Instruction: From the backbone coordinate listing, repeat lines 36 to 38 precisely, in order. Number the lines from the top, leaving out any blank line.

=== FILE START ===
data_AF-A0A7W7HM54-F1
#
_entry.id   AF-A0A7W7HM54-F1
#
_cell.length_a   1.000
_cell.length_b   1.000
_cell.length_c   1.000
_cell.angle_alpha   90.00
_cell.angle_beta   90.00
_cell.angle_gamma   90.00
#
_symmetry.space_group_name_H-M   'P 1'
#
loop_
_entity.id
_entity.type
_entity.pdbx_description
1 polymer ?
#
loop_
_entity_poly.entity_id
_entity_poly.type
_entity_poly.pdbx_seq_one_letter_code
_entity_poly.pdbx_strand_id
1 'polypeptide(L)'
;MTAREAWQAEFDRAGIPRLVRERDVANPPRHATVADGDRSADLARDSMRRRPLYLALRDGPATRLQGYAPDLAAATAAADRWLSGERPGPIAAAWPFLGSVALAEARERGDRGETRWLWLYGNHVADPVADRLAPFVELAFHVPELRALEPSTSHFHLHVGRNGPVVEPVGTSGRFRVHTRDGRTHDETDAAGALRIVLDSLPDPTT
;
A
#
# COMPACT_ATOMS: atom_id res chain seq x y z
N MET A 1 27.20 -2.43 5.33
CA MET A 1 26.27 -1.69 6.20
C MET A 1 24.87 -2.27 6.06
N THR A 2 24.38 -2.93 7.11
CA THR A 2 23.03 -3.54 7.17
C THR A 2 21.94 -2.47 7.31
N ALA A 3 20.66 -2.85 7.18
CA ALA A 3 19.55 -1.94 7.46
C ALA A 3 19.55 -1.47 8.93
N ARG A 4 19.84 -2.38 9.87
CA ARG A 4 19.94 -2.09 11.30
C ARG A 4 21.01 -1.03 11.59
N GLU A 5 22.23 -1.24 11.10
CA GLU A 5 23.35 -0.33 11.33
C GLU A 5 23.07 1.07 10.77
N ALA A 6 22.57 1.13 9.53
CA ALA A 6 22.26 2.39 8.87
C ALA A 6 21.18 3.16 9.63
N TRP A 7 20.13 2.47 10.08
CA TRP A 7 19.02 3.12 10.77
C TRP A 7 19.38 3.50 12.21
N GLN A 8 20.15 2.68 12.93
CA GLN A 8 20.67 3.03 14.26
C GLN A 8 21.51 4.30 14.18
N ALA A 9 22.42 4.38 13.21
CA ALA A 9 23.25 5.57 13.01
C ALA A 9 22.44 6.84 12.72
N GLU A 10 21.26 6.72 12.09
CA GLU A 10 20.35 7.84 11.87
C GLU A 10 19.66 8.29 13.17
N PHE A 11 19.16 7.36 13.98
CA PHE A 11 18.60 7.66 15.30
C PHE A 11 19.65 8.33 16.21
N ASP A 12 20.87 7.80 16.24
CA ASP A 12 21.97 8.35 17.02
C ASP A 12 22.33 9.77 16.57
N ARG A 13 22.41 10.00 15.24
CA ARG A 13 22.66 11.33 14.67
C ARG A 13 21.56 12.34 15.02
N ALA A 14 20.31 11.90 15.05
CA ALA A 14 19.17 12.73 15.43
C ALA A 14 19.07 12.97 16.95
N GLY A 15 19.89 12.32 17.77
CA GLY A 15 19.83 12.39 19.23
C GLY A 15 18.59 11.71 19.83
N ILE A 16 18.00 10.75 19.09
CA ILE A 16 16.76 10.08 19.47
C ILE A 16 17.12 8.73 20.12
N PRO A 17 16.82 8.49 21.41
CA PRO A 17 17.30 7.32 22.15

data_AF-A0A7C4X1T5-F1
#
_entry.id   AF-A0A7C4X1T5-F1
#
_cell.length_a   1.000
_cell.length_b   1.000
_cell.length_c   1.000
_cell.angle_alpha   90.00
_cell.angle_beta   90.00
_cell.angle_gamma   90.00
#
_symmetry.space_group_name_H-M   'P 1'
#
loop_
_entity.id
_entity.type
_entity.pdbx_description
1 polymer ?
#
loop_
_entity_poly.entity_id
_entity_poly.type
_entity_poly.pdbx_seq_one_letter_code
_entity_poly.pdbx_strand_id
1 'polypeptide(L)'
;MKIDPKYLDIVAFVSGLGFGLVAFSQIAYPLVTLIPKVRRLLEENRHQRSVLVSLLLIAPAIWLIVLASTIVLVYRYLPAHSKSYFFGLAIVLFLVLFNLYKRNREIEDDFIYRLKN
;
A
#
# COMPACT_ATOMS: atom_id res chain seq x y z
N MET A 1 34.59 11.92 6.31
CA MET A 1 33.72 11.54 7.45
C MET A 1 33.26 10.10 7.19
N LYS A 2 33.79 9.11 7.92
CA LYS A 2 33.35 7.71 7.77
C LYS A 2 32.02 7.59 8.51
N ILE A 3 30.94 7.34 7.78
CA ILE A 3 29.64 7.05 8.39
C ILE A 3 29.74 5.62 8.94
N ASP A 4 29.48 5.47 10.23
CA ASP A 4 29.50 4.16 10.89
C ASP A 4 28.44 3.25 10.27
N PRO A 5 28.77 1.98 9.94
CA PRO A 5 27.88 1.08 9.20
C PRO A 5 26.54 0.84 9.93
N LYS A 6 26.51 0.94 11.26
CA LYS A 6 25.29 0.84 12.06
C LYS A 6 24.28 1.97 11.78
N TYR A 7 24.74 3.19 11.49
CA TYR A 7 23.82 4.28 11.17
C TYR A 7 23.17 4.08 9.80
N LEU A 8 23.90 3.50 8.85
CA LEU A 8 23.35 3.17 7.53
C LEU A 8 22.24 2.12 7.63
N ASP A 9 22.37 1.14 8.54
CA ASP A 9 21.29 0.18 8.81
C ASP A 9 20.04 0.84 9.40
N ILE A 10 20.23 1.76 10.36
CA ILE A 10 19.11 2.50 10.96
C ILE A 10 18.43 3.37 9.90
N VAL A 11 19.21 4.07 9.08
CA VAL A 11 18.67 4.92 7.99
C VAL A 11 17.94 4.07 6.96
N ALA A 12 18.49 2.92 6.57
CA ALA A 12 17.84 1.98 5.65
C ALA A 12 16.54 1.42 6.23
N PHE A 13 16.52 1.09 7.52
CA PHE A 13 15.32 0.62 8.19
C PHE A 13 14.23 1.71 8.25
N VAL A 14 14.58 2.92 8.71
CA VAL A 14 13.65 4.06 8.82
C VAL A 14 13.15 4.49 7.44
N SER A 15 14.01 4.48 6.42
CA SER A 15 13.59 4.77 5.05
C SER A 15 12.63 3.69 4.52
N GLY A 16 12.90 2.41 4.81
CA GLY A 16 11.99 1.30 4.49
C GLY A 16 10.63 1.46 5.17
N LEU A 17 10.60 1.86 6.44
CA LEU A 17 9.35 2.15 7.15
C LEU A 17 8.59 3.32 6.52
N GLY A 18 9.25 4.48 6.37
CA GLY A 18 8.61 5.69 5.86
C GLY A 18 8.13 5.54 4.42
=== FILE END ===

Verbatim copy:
C THR A 2 21.94 -2.47 7.31
N ALA A 3 20.66 -2.85 7.18
CA ALA A 3 19.55 -1.94 7.46